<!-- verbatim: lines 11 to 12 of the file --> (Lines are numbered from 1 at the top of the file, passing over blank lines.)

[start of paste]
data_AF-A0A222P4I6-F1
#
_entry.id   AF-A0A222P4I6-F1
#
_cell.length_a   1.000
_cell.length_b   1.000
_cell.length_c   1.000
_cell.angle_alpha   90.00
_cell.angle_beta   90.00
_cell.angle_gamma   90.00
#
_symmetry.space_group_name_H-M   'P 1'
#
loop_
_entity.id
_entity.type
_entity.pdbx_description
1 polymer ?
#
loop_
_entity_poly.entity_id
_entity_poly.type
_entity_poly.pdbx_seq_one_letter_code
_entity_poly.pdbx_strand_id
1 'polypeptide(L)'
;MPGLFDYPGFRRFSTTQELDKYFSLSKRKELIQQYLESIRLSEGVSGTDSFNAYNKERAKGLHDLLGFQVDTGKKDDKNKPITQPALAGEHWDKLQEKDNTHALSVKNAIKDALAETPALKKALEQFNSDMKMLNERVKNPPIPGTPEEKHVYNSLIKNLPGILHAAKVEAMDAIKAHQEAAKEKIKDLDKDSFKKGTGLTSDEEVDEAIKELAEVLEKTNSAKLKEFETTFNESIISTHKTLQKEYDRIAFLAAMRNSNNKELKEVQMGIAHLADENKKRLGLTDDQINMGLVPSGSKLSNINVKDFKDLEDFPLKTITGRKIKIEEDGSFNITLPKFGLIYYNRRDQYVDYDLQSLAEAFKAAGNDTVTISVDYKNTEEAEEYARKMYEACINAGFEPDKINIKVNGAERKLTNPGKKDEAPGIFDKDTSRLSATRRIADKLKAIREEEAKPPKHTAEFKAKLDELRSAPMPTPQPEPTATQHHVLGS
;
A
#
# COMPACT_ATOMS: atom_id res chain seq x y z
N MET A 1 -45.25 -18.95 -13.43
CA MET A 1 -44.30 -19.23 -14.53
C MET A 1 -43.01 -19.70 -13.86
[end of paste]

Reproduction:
#
_symmetry.space_group_name_H-M   'P 1'